The Queen today opened the 95th Field of Remembrance in the grounds of Westminster Abbey.
The opening of the memorial marks the official start of the nation's Remembrance commemorations in memory of the men and women who have paid the ultimate sacrifice in service to their country.
The memorial is an annual tradition going back to 1928 when The Poppy Factory, the charity which makes remembrance wreaths, brought a tray of poppies and collection tin to the grounds of St Margaret's Church, which sits next to the abbey.
It started with a few poppies planted around a single cross but has since grown each year to become a powerful and moving memorial, filling the grounds of the abbey with thousands of poppies and crosses.
Queen Camilla laid her own cross of remembrance before signing the St Margaret's Church visitor book.
In remarks at the event, which was also joined by veterans, the Very Rev Dr David Hoyle, said: "For the 95th time at the Field of Remembrance we meet again to remember those who gave their lives in the conflicts of our time, that we might enjoy freedom and peace.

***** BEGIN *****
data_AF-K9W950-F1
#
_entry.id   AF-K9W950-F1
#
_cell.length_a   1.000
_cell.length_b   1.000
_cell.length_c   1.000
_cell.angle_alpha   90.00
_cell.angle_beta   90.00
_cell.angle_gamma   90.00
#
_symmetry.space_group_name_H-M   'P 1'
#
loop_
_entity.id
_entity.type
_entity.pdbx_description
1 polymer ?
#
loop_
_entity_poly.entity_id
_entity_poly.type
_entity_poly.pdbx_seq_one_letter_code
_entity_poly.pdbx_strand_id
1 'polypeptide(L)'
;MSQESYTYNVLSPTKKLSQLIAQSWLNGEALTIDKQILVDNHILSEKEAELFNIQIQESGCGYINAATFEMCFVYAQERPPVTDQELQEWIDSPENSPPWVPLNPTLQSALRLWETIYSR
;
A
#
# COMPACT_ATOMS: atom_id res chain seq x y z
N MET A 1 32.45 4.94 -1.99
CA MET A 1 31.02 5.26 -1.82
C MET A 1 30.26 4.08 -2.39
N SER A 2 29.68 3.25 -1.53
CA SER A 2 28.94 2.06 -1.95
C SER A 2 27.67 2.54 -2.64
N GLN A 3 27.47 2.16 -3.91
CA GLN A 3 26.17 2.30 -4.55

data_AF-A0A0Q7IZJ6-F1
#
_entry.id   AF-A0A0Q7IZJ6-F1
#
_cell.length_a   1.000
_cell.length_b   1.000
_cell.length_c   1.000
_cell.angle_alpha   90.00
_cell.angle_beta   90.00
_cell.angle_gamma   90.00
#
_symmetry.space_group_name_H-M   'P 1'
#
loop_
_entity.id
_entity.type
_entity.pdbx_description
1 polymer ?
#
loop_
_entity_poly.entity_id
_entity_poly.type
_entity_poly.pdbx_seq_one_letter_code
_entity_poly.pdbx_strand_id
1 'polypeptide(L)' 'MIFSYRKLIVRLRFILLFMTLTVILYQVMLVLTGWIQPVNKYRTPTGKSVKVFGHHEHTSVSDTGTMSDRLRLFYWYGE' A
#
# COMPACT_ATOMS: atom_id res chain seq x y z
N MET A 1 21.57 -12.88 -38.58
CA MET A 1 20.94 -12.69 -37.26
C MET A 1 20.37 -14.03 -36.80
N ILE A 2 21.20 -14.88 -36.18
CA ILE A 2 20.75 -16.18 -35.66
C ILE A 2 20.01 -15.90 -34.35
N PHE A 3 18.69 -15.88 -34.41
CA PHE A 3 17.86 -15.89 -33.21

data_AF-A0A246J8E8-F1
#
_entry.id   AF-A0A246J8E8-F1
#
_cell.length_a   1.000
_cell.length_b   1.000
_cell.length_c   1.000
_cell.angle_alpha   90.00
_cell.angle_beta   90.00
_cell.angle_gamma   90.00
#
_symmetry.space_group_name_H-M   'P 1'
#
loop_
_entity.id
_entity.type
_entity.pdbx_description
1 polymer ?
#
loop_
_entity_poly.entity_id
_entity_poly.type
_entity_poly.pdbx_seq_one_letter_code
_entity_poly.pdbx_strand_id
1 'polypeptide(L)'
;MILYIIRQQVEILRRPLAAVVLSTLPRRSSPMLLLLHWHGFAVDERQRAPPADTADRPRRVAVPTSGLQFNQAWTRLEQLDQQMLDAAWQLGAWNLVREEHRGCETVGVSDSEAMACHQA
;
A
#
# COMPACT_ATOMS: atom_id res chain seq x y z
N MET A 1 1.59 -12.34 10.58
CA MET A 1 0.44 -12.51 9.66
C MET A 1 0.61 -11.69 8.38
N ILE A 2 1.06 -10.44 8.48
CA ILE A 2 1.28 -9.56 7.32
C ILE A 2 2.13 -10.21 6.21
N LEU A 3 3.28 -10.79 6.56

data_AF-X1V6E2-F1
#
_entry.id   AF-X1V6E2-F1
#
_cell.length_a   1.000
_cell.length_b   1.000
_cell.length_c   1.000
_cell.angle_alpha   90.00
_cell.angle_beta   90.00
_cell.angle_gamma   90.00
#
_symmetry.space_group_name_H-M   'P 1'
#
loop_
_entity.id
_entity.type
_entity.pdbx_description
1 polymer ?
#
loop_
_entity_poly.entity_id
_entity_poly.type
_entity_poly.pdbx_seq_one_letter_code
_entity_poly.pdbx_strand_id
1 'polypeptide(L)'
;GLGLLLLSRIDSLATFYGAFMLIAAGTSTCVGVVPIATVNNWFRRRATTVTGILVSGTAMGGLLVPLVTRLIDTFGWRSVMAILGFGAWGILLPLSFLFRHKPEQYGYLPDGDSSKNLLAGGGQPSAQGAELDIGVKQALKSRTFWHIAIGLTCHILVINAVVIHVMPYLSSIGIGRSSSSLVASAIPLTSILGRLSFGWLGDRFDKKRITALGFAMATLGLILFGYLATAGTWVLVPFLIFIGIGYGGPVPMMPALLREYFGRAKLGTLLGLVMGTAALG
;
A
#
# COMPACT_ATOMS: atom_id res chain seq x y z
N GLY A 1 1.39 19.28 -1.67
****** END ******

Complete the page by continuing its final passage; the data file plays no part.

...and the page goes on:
"At the 11th hour, of the 11th day, of the 11th month of 1918, the First World War ended: that date, that time, have become a symbolic moment on which to pause in silent remembrance and gratitude. With full hearts at this, our Field of Remembrance, let us pray for the peace of the whole world."
The Field of Remembrance is open every day until Sunday 19 November the Field from 10am to 4pm.